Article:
A BIVALENT METHODOLOGY FOR TARGETING PROTEIN KINASES: CONJUGATING PHAGE DISPLAY SELECTED CYCLIC PEPTIDES TO STAUROSPORINE

Persistent Link:
http://hdl.handle.net/10150/202950
Title:
A BIVALENT METHODOLOGY FOR TARGETING PROTEIN KINASES: CONJUGATING PHAGE DISPLAY SELECTED CYCLIC PEPTIDES TO STAUROSPORINE
Author:
Shomin, Carolyn
Issue Date:
2011
Publisher:
The University of Arizona.
Rights:
Copyright © is held by the author. Digital access to this material is made possible by the University Libraries, University of Arizona. Further transmission, reproduction or presentation (such as public display or performance) of protected items is prohibited except with permission of the author.
Abstract:
Protein kinases constitute essential biological and target class owing to the vital function of reversible phosphorylation catalyzed by these enzymes. With more than 500 kinases in the human genome, containing conserved structure and overlapping function, pose challenging targets for inhibition. Alternative methods for targeting protein kinases remain warranted as the traditional methods are biased toward ATP-competitive compounds. These methods have yielded successful therapeutics, however toxicity due to nonselectivity and limited development potential due to intense drug discovery efforts renders alternative modes of action attractive as new goals for protein kinase inhibition.Herein is presented a bivalent methodology for targeting protein kinases comprising staurosporine tethered a phage display cyclic peptide library such that the cyclic peptide is directed to areas on the kinase surface distinct from the ATP-site where staurosporine is bound. Presented in detail is this strategy as it was successfully applied to Protein Kinase A and the subsequent analysis of bivalent ligands. Since this initial study several kinases have been targeted with this methodology and Application to Aurora Kinase A will be explored in detail. An essential analysis of results to date is included as it applies to the redesign, construction, and application of new cyclic phage libraries. Finally, to complete the first successful application against Protein Kinase A, we explore kinase expression for structural studies.
Type:
text; Electronic Dissertation
Keywords:
surface targeting; Pharmaceutical Sciences; inhibitor; protein kinases
Degree Name:
Ph.D.
Degree Level:
doctoral
Degree Program:
Graduate College; Pharmaceutical Sciences
Degree Grantor:
University of Arizona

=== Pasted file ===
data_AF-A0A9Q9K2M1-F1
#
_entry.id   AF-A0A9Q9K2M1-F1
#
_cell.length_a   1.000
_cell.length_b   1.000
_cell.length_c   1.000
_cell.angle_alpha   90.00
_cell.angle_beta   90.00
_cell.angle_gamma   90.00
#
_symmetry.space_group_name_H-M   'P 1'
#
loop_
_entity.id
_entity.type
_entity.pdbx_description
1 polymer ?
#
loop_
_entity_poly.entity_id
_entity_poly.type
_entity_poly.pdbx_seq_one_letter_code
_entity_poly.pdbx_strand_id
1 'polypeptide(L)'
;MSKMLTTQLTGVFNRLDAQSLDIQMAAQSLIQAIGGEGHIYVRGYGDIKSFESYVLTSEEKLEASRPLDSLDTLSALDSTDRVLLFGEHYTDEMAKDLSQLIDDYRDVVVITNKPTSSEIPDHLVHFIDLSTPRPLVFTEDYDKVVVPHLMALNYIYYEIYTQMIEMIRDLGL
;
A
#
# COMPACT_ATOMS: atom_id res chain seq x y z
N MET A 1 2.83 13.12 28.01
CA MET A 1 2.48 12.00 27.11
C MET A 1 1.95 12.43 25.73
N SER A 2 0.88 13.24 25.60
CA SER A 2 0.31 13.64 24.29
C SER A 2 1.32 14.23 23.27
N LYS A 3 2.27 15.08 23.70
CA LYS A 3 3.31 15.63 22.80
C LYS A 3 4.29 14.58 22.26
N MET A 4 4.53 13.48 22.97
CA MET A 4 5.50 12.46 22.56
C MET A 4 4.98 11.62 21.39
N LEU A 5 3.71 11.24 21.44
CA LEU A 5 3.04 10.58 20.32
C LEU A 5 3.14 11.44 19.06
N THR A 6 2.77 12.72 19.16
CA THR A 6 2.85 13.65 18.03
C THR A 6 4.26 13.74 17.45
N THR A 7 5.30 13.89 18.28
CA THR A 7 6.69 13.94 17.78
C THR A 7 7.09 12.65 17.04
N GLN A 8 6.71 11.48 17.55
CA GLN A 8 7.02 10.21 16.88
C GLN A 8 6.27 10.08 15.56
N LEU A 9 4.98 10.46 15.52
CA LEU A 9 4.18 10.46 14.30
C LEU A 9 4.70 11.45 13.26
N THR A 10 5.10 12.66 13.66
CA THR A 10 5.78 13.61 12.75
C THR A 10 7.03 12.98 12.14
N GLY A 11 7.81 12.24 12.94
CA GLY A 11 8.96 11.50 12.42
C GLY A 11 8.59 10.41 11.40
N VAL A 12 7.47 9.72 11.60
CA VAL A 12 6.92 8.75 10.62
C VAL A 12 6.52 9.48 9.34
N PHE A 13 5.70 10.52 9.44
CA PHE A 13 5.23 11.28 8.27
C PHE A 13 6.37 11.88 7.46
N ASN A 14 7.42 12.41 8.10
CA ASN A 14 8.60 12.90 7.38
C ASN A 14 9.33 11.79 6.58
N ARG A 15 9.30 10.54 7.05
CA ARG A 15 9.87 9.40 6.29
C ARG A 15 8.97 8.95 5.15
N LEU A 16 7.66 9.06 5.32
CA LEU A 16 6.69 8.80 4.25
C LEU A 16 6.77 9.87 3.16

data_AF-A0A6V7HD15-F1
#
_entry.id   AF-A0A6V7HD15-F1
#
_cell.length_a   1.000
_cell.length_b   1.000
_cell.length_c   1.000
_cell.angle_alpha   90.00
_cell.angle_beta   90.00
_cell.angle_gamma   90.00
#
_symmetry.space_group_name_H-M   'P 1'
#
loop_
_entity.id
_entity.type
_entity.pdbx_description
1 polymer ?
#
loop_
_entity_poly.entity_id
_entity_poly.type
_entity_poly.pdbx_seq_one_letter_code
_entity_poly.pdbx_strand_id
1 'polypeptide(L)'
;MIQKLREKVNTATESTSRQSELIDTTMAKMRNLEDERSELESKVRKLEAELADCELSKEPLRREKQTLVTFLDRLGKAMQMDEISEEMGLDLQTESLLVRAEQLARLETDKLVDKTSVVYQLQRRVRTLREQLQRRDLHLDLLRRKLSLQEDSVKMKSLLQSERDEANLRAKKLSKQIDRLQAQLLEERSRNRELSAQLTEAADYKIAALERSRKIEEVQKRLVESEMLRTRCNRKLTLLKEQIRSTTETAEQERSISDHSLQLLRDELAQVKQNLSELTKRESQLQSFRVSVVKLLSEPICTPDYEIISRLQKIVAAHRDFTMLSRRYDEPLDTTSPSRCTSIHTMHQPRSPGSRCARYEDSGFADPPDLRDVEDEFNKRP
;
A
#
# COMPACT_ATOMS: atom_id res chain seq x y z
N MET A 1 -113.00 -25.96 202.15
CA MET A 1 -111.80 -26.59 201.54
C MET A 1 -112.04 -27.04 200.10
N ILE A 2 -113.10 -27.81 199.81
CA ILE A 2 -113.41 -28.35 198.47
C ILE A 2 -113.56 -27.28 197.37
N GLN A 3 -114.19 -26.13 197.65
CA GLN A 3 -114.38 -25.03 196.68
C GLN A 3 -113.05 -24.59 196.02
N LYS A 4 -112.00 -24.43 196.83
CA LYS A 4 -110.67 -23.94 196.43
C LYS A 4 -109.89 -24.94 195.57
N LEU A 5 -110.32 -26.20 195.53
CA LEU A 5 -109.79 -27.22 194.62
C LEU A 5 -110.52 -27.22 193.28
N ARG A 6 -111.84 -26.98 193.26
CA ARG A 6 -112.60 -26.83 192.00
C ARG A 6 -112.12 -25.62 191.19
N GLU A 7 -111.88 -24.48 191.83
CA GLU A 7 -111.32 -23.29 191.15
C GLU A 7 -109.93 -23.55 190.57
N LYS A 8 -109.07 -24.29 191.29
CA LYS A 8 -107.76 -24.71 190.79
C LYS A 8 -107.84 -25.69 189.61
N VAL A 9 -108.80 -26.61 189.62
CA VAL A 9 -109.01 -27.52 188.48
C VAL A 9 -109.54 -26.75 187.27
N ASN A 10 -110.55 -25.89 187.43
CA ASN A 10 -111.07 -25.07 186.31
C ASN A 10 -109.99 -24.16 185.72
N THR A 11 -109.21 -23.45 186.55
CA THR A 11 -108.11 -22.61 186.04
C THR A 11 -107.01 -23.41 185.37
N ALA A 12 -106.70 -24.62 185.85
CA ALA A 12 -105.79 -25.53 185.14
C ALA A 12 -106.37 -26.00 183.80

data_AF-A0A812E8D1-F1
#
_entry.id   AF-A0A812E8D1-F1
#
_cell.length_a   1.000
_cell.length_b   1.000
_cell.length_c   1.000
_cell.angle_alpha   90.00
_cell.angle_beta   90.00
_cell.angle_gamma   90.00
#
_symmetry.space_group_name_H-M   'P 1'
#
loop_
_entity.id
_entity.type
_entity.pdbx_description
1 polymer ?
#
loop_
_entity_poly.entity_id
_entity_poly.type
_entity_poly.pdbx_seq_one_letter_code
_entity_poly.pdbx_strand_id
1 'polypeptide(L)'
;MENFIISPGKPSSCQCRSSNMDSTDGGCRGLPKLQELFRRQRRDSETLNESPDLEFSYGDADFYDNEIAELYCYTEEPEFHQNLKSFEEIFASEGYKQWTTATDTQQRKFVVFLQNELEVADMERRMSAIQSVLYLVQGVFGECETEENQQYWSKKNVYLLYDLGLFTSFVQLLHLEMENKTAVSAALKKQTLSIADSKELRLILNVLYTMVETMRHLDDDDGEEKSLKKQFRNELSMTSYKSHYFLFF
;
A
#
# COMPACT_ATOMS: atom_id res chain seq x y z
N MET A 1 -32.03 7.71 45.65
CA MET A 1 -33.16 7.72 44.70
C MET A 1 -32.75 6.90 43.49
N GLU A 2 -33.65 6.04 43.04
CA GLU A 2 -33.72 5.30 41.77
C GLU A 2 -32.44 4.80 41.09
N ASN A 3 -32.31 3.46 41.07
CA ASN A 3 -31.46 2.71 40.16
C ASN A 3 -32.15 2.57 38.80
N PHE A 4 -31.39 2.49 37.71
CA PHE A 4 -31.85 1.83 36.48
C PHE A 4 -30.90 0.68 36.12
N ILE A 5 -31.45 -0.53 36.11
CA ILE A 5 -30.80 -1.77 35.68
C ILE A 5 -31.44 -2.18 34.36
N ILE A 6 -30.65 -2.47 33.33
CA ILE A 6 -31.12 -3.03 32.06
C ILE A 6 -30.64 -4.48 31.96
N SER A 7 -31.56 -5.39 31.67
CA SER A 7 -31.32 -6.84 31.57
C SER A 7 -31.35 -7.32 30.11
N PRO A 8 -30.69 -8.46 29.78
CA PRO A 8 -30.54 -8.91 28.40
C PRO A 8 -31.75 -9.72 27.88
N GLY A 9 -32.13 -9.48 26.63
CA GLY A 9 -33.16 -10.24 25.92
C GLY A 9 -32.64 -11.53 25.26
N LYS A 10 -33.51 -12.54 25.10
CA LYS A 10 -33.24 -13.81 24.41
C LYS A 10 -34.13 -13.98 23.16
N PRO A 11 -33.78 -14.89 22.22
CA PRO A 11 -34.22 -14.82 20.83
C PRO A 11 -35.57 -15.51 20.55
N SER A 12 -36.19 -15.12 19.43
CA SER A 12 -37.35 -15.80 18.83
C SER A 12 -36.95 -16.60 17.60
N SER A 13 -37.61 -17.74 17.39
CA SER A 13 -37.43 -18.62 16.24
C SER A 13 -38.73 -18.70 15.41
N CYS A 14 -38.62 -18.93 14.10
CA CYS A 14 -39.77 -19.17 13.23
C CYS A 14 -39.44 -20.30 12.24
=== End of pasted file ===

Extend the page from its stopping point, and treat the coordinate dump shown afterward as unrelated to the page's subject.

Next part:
Advisor:
Ghosh, Indraneel

Full metadata record

DC FieldValue Language
dc.language.isoenen_US
dc.titleA BIVALENT METHODOLOGY FOR TARGETING PROTEIN KINASES: CONJUGATING PHAGE DISPLAY SELECTED CYCLIC PEPTIDES TO STAUROSPORINEen_US
dc.creatorShomin, Carolynen_US
dc.contributor.authorShomin, Carolynen_US
dc.date.issued2011-
dc.publisherThe University of Arizona.en_US
dc.rightsCopyright © is held by the author. Digital access to this material is made possible by the University Libraries, University of Arizona. Further transmission, reproduction or presentation (such as public display or performance) of protected items is prohibited except with permission of the author.en_US
dc.description.abstractProtein kinases constitute essential biological and target class owing to the vital function of reversible phosphorylation catalyzed by these enzymes. With more than 500 kinases in the human genome, containing conserved structure and overlapping function, pose challenging targets for inhibition. Alternative methods for targeting protein kinases remain warranted as the traditional methods are biased toward ATP-competitive compounds. These methods have yielded successful therapeutics, however toxicity due to nonselectivity and limited development potential due to intense drug discovery efforts renders alternative modes of action attractive as new goals for protein kinase inhibition.Herein is presented a bivalent methodology for targeting protein kinases comprising staurosporine tethered a phage display cyclic peptide library such that the cyclic peptide is directed to areas on the kinase surface distinct from the ATP-site where staurosporine is bound. Presented in detail is this strategy as it was successfully applied to Protein Kinase A and the subsequent analysis of bivalent ligands. Since this initial study several kinases have been targeted with this methodology and Application to Aurora Kinase A will be explored in detail. An essential analysis of results to date is included as it applies to the redesign, construction, and application of new cyclic phage libraries. Finally, to complete the first successful application against Protein Kinase A, we explore kinase expression for structural studies.en_US
dc.typetexten_US
dc.typeElectronic Dissertationen_US
dc.subjectsurface targetingen_US
dc.subjectPharmaceutical Sciencesen_US
dc.subjectinhibitoren_US
dc.subjectprotein kinasesen_US
thesis.degree.namePh.D.en_US
thesis.degree.leveldoctoralen_US
thesis.degree.disciplineGraduate Collegeen_US
thesis.degree.disciplinePharmaceutical Sciencesen_US
thesis.degree.grantorUniversity of Arizonaen_US
dc.contributor.advisorGhosh, Indraneelen_US
dc.contributor.committeememberHulme, Christopheren_US
dc.contributor.committeememberHurley, Laurenceen_US
dc.contributor.committeememberWondrak, Georgen_US
dc.contributor.committeememberVaillancourt, Richarden_US
dc.contributor.committeememberGhosh, Indraneelen_US
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